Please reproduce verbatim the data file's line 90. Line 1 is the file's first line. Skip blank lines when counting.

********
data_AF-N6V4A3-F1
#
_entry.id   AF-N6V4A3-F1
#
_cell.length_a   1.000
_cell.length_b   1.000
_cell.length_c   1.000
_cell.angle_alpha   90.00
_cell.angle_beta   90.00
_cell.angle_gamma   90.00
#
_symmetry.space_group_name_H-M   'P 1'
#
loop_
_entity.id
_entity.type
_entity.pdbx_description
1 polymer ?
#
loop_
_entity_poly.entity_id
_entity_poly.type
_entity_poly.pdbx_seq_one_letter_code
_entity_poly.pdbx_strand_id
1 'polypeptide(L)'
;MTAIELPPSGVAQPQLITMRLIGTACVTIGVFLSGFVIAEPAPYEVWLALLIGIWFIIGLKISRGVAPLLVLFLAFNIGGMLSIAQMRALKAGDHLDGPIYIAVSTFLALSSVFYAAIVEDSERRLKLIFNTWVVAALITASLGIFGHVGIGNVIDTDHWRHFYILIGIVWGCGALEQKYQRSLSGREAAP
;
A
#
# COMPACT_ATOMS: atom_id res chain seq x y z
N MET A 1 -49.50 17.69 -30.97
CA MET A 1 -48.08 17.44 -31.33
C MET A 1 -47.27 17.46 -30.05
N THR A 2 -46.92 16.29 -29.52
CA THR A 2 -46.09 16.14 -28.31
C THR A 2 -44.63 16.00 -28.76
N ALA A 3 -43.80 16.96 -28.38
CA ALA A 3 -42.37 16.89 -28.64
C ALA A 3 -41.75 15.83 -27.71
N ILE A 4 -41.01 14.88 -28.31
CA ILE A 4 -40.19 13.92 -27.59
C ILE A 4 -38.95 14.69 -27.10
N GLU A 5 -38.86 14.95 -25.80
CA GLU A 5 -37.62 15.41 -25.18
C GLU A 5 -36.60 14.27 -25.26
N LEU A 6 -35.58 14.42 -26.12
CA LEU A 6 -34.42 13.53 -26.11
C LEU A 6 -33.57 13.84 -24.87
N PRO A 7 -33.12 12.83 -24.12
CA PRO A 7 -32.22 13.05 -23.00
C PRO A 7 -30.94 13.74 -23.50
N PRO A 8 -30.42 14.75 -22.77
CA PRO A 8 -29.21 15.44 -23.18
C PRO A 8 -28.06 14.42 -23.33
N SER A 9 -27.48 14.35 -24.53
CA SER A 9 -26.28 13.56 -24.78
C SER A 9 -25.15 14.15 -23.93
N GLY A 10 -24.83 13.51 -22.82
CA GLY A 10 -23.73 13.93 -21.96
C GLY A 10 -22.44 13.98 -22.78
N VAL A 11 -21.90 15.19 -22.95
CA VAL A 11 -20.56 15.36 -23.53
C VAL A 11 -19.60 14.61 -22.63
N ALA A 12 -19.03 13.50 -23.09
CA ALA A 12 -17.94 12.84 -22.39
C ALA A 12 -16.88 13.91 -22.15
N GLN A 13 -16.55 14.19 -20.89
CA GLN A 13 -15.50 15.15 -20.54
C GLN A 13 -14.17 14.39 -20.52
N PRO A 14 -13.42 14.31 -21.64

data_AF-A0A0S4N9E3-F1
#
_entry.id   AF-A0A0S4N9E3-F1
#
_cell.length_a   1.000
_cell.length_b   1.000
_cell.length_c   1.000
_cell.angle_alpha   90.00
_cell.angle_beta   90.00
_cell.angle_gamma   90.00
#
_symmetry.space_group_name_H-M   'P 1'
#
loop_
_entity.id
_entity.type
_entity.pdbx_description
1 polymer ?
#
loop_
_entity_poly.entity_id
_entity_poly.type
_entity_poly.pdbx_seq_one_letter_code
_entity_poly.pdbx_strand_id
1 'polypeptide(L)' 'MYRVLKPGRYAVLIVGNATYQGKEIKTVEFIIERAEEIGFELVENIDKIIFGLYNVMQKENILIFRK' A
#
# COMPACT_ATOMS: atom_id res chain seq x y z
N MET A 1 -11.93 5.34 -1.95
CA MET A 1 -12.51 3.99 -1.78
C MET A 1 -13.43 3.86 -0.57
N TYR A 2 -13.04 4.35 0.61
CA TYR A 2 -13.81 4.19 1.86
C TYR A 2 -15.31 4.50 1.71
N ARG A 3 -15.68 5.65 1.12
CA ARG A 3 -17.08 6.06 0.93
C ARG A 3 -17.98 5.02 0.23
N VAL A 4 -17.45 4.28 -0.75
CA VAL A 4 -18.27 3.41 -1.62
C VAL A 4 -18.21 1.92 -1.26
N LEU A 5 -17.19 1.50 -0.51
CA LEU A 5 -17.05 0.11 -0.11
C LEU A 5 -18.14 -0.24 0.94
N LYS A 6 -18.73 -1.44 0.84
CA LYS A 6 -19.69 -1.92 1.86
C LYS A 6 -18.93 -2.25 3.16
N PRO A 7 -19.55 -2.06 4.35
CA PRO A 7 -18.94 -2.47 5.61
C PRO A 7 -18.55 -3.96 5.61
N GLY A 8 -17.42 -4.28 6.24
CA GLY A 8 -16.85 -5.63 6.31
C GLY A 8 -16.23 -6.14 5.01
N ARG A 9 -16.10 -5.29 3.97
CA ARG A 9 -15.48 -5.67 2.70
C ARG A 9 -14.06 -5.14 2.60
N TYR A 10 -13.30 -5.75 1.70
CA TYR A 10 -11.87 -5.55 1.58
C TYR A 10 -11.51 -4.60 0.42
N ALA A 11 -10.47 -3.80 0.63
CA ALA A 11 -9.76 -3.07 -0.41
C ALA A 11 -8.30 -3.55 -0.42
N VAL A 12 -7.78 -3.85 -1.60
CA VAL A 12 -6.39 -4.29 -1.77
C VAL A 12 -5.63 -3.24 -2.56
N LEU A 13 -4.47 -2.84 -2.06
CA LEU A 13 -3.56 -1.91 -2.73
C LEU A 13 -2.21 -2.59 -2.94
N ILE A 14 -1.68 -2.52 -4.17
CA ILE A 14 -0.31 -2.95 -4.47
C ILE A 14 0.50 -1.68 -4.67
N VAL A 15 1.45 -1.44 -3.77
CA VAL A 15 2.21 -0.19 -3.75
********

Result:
loop_